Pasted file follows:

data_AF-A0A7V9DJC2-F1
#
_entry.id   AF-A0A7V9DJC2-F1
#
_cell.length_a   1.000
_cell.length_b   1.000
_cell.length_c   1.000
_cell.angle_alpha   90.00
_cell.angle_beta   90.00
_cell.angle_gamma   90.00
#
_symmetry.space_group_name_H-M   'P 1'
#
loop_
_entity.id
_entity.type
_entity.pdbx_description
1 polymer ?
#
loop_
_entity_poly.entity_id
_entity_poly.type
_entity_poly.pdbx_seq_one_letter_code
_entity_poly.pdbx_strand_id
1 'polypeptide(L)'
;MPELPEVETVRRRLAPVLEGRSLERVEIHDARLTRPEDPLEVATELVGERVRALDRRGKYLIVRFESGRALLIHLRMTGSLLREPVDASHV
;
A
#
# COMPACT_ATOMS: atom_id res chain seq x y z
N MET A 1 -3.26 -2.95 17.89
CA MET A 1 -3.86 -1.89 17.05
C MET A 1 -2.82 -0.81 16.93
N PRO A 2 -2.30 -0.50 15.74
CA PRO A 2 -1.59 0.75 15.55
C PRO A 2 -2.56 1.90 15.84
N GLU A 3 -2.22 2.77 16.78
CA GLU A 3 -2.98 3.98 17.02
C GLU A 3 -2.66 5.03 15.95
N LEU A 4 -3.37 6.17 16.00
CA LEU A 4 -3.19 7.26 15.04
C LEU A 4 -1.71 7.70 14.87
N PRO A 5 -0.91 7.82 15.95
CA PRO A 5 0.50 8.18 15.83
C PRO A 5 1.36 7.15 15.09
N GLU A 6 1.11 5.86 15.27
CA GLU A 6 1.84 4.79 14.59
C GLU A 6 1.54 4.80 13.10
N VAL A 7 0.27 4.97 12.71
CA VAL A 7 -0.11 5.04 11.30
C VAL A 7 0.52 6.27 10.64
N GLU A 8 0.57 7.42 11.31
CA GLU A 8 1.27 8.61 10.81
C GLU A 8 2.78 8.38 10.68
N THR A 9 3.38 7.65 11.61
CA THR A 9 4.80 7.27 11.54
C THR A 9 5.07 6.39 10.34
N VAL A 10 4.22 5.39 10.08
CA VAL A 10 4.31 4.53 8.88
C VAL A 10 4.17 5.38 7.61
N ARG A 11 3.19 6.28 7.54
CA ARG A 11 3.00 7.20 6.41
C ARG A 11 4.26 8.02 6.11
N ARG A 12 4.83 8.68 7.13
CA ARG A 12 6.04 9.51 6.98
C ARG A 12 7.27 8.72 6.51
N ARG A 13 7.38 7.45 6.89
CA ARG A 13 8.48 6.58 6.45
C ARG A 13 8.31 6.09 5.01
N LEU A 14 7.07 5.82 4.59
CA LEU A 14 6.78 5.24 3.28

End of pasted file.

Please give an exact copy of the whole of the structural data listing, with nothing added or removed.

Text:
data_AF-A0A7V9DJC2-F1
#
_entry.id   AF-A0A7V9DJC2-F1
#
_cell.length_a   1.000
_cell.length_b   1.000
_cell.length_c   1.000
_cell.angle_alpha   90.00
_cell.angle_beta   90.00
_cell.angle_gamma   90.00
#
_symmetry.space_group_name_H-M   'P 1'
#
loop_
_entity.id
_entity.type
_entity.pdbx_description
1 polymer ?
#
loop_
_entity_poly.entity_id
_entity_poly.type
_entity_poly.pdbx_seq_one_letter_code
_entity_poly.pdbx_strand_id
1 'polypeptide(L)'
;MPELPEVETVRRRLAPVLEGRSLERVEIHDARLTRPEDPLEVATELVGERVRALDRRGKYLIVRFESGRALLIHLRMTGSLLREPVDASHV
;
A
#
# COMPACT_ATOMS: atom_id res chain seq x y z
N MET A 1 -3.26 -2.95 17.89
CA MET A 1 -3.86 -1.89 17.05
C MET A 1 -2.82 -0.81 16.93
N PRO A 2 -2.30 -0.50 15.74
CA PRO A 2 -1.59 0.75 15.55
C PRO A 2 -2.56 1.90 15.84
N GLU A 3 -2.22 2.77 16.78
CA GLU A 3 -2.98 3.98 17.02
C GLU A 3 -2.66 5.03 15.95
N LEU A 4 -3.37 6.17 16.00
CA LEU A 4 -3.19 7.26 15.04
C LEU A 4 -1.71 7.70 14.87
N PRO A 5 -0.91 7.82 15.95
CA PRO A 5 0.50 8.18 15.83
C PRO A 5 1.36 7.15 15.09
N GLU A 6 1.11 5.86 15.27
CA GLU A 6 1.84 4.79 14.59
C GLU A 6 1.54 4.80 13.10
N VAL A 7 0.27 4.97 12.71
CA VAL A 7 -0.11 5.04 11.30
C VAL A 7 0.52 6.27 10.64
N GLU A 8 0.57 7.42 11.31
CA GLU A 8 1.27 8.61 10.81
C GLU A 8 2.78 8.38 10.68
N THR A 9 3.38 7.65 11.61
CA THR A 9 4.80 7.27 11.54
C THR A 9 5.07 6.39 10.34
N VAL A 10 4.22 5.39 10.08
CA VAL A 10 4.31 4.53 8.88
C VAL A 10 4.17 5.38 7.61
N ARG A 11 3.19 6.28 7.54
CA ARG A 11 3.00 7.20 6.41
C ARG A 11 4.26 8.02 6.11
N ARG A 12 4.83 8.68 7.13
CA ARG A 12 6.04 9.51 6.98
C ARG A 12 7.27 8.72 6.51
N ARG A 13 7.38 7.45 6.89
CA ARG A 13 8.48 6.58 6.45
C ARG A 13 8.31 6.09 5.01
N LEU A 14 7.07 5.82 4.59
CA LEU A 14 6.78 5.24 3.28